First firm to claim trial for CPF default fined

Scooter maker also ordered to pay arrears of 3 employees' CPF contributions and interest

When most companies are hauled to court for failing to pay their employees' Central Provident Fund (CPF) contributions, they plead guilty and pay the composition fines.

Not Alife Air Automobile, the only automobile manufacturer here. The company, represented by entrepreneur Devan Nair, 56, decided to fight charges that it failed to pay the October 2015 CPF contributions of three workers.

District Judge Shawn Ho, in decision grounds issued earlier this month, noted: "According to the prosecution, this is the first criminal trial in Singapore against a CPF company for not paying CPF contributions to its employees."

The CPF Board clarified it was the first trial case against a company after changes introduced to CPF offences by employers in the CPF Act took effect from Jan 2014.

Home-grown Alife launched a scooter in 2015 that retailed for about $4,900.

Mr Nair, who represented Alife at the trial, argued the company was unable to pay the CPF contributions for October 2015 as it could not ascertain their exact salaries.

He claimed that files and attendance records had been retained by the landlord.

Before paying the employees' CPF, Mr Nair said the company needed to determine if they had taken unpaid leave in October 2015.

However, the judge was not convinced, saying the company did pay the salaries of the three workers for October 2015, but not the CPF component.

He pointed out that the company had paid the employees' CPF contributions for November and December 2015.

"Even assuming that the company's files had been retained by the landlord, it is undisputed evidence that the office was locked up only in December 2015, whereas the CPF contributions for October 2015 were already due in mid-November 2015, before the office was locked up," he added.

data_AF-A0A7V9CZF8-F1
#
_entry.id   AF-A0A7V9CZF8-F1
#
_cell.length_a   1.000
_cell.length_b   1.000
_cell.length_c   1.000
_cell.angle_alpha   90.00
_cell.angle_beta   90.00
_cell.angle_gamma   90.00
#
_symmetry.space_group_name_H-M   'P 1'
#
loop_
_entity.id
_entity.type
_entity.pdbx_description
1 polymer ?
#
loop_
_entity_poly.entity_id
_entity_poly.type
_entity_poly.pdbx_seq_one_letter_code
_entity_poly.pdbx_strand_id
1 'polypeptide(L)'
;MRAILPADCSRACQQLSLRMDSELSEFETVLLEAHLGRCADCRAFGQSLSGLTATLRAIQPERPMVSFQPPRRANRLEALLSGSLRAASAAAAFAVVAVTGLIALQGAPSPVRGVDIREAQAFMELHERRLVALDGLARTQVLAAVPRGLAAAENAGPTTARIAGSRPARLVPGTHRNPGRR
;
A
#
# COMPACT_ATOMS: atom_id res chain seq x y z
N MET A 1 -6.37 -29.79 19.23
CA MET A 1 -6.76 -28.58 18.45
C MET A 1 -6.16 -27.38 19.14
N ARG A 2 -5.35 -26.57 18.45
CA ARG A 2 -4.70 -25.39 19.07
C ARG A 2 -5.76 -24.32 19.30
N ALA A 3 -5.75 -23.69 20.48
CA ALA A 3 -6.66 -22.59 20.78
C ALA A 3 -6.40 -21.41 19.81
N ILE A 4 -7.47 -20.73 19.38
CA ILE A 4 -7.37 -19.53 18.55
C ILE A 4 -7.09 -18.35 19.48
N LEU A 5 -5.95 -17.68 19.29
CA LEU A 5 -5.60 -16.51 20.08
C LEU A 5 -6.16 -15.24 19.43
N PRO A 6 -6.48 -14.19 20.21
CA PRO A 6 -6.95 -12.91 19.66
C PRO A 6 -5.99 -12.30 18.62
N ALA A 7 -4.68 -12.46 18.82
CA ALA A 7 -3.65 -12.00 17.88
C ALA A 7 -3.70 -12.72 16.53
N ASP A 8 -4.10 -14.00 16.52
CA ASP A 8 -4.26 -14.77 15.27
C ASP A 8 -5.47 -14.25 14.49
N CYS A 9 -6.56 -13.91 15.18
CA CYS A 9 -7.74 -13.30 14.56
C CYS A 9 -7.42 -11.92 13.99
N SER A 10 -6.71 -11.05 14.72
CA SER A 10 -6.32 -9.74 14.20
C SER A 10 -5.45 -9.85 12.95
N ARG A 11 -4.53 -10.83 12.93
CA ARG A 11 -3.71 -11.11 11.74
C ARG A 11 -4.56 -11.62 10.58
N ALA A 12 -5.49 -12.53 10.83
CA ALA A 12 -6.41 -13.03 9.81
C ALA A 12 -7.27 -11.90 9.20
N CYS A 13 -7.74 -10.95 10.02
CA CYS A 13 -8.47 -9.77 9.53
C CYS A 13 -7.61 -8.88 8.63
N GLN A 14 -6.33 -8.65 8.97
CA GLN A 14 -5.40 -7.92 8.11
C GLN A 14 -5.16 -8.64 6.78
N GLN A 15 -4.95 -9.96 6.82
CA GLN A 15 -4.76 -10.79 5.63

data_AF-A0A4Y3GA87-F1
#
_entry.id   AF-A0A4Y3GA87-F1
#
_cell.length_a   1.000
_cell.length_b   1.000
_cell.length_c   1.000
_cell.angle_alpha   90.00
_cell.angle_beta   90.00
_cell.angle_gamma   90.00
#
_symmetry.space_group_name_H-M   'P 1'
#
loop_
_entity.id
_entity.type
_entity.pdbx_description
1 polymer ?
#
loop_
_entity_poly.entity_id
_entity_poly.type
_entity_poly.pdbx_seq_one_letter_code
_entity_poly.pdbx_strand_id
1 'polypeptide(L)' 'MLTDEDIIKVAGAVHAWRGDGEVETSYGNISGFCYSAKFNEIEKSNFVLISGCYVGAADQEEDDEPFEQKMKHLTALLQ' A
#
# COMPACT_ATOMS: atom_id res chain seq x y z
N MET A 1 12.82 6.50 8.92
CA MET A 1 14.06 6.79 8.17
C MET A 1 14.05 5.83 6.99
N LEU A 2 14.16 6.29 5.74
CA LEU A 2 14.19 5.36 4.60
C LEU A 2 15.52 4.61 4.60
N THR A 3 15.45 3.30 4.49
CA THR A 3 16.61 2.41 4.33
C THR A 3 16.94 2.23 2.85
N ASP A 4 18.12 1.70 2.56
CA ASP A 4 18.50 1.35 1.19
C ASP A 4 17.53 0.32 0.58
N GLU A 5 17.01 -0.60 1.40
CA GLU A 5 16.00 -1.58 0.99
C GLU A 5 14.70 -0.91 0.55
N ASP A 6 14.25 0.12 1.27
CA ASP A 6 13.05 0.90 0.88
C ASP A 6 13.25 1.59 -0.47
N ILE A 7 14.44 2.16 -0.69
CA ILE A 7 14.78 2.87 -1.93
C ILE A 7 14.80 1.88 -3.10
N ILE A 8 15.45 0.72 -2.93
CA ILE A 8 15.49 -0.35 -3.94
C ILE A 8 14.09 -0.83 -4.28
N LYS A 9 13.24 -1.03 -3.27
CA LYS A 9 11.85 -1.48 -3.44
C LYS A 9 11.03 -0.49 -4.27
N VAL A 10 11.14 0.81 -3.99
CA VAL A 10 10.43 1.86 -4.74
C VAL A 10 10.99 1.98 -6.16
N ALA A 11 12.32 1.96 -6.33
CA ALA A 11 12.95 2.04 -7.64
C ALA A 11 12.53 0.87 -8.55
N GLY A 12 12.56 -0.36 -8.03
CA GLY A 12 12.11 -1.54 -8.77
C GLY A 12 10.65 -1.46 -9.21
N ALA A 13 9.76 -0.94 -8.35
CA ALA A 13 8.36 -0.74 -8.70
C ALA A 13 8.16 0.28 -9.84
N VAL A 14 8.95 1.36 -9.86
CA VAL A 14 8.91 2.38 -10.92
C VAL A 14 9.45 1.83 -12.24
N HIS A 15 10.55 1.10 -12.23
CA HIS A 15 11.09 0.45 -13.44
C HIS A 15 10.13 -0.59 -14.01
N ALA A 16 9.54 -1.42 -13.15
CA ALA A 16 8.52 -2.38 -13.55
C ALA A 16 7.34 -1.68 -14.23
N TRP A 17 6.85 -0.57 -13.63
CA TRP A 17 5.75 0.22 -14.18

Deputy Public Prosecutor Selene Yap sought a $1,500 fine per charge while Mr Nair in mitigation urged the court to consider the company's difficult financial circumstances.

District Judge Ho underscored the seriousness of the charges, citing then Manpower Minister Tan Chuan-Jin's remarks in Parliament in 2012 that there are employers who wilfully flout the law to reduce business costs.

The judge convicted and fined the company $1,500 per charge, the total being $4,500, and ordered arrears of CPF contributions and interest amounting to $42,320 to be paid.

"The Central Provident Fund is the cornerstone of Singapore's social security structure. Employees employ the CPF for home ownership, healthcare and retirement needs. Accordingly, the CPF plays an integral part in their lives," he wrote.


Correction note: This story has been edited for clarity.

A version of this article appeared in the print edition of The Straits Times on February 28, 2017, with the headline 'First firm to claim trial for CPF default fined'. Print Edition | Subscribe